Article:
Engaging community clinicians in clinical research could have multiple benefits. These clinicians are dedicated to the populations they serve and committed to addressing the health issues of those populations. The clinicians’ established, trusting patient relationships allow for transparency and open dialogue, as well as sharing knowledge about the benefits and risks of trial participation. Incorporating community clinicians into the clinical research enterprise would also address accessibility challenges faced by patients: these clinicians are in the same neighborhoods as their patients, who might therefore face fewer difficulties with adjustments to work schedules and transportation.

Moreover, frontline clinicians have much to contribute to trial planning — for example, ensuring that trial logistics and enrollment criteria are achievable and do not create additional barriers. Enlisting community clinicians could also broadly extend the reach of clinical research by adding a vast pool of potential participants, thereby reducing recruitment delays, while increasing the likelihood that the trial population will resemble the products’ eventual users. Finally, expanding the pool of clinical researchers will make it easier to translate from research results to clinical care.

How might such a change be accomplished? Clinical research challenges during the current pandemic have been a wake-up call for both government- and industry-based trial sponsors. While tens of thousands of people were falling ill and requiring hospitalization in U.S. communities, many traditional research sites faced competition for participants and slow enrollment, which impeded the development of critical knowledge. Sponsors of clinical research, both public and private, increasingly recognize the need to broaden the research base. Some initiatives to develop opportunities for nontraditional research sites are ongoing, including models that bring clinical trials and care delivery studies to people in their own communities.4,5 These models, however, have not been sustainably scaled across geographic areas.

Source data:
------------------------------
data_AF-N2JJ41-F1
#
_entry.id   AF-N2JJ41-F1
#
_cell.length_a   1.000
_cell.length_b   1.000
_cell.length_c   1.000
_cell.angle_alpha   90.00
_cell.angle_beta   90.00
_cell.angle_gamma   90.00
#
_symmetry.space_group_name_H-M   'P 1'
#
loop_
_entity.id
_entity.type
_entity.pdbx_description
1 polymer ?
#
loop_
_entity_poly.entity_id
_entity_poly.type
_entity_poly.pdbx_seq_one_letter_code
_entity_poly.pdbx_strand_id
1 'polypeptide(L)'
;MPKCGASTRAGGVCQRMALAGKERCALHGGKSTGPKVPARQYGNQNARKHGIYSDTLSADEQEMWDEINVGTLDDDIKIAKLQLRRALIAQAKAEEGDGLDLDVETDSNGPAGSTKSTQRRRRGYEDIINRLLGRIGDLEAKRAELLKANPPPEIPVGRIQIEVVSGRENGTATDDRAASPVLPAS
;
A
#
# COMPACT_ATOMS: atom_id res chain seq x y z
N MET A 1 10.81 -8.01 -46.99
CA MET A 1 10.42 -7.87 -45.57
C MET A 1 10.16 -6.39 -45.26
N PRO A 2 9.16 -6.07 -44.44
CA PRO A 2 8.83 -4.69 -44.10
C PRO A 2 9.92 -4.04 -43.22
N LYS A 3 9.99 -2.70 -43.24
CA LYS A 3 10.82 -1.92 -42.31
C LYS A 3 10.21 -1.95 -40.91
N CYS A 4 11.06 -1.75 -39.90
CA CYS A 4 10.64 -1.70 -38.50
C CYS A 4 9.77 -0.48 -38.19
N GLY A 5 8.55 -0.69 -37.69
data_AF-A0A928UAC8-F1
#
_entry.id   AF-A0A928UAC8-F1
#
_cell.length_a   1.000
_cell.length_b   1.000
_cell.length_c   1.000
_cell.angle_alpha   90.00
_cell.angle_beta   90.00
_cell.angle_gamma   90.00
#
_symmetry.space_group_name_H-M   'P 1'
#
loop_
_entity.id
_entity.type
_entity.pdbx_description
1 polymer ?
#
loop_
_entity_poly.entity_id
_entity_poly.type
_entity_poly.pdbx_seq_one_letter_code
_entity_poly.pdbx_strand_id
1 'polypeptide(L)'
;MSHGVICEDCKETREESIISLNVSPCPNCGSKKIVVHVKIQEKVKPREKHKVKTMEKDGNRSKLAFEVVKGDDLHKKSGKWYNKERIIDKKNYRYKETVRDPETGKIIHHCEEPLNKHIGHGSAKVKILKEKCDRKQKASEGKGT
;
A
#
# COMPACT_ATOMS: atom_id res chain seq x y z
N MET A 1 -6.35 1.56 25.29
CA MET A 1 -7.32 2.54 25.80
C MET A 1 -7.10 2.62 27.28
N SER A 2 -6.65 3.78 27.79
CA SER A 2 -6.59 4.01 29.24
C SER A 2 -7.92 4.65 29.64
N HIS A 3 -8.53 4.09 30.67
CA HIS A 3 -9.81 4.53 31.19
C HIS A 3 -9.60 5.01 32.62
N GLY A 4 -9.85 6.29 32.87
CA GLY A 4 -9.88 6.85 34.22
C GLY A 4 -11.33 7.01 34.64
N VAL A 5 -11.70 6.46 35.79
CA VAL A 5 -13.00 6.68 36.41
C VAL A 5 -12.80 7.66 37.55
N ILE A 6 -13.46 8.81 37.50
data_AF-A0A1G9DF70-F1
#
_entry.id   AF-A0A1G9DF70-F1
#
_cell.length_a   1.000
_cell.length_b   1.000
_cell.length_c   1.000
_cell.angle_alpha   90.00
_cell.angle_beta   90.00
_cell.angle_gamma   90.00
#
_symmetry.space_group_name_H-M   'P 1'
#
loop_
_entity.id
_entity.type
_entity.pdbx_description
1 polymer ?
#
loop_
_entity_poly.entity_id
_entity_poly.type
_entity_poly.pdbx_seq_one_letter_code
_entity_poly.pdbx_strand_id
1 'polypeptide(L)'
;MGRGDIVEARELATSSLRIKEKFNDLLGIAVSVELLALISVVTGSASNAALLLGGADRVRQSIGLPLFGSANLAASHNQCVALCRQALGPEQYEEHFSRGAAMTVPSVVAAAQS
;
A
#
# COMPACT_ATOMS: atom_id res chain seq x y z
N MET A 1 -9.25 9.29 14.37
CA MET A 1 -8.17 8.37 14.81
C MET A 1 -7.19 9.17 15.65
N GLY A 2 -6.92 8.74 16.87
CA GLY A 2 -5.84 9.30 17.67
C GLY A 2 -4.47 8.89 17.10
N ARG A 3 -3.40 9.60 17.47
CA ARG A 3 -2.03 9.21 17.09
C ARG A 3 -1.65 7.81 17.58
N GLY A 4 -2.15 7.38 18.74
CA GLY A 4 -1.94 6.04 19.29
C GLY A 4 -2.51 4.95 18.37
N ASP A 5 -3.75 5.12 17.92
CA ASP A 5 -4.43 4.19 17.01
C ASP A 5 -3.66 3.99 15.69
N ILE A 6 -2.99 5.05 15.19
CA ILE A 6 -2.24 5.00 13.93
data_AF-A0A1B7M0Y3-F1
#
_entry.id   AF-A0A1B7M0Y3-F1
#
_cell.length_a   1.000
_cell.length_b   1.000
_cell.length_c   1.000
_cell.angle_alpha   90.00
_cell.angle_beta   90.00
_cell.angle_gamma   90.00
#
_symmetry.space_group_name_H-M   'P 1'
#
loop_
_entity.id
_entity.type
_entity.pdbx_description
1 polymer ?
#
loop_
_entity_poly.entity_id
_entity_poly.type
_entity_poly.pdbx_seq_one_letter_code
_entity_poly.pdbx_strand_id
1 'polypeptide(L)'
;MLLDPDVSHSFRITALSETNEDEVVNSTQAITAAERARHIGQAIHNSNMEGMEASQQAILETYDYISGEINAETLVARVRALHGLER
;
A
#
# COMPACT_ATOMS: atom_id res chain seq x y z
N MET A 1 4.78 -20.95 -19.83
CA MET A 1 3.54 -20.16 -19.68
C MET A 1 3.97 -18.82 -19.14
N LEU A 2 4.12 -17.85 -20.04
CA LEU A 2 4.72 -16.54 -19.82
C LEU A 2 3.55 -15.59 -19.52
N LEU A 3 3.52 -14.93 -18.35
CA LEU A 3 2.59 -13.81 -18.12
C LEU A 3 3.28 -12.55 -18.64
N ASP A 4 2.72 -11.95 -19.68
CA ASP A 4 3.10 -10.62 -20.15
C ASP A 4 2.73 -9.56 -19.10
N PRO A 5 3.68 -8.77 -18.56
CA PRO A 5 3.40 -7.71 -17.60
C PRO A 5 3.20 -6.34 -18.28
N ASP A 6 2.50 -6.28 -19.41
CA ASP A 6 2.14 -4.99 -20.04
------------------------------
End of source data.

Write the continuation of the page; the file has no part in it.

Robust and ongoing funding, from both public and private sources, will be necessary to provide community clinicians who wish to participate as investigators with the time, training, and financial and logistic support to do so. In places where such clinicians are participating in a referral network, they will need ongoing training in best practices for discussing clinical trials with patients; up-to-date information about trial opportunities for patients; support for patient education, decision making, and navigation translated into the languages spoken by their patients and tailored to their cultures; and assistance with care coordination. In addition, technology solutions that facilitate data collection and monitoring (e.g., remote or wearable patient-monitoring devices), enhance enrollment of demographically and geographically diverse populations, and reduce the burden of participation will need to be made available. Such solutions currently exist but would need to be tailored to the needs of each community site.4,5

The time has come for stakeholders in the clinical research ecosystem — the biomedical industry, policymakers, government agencies, contract research organizations, and patient advocates — to support the development and long-term sustainability of an infrastructure that unites clinical research with clinical care. This investment will acknowledge that access to clinical research is an essential component of providing equitable health care to our diverse population. The FDA remains committed and will continue to work with all stakeholders to achieve this important goal.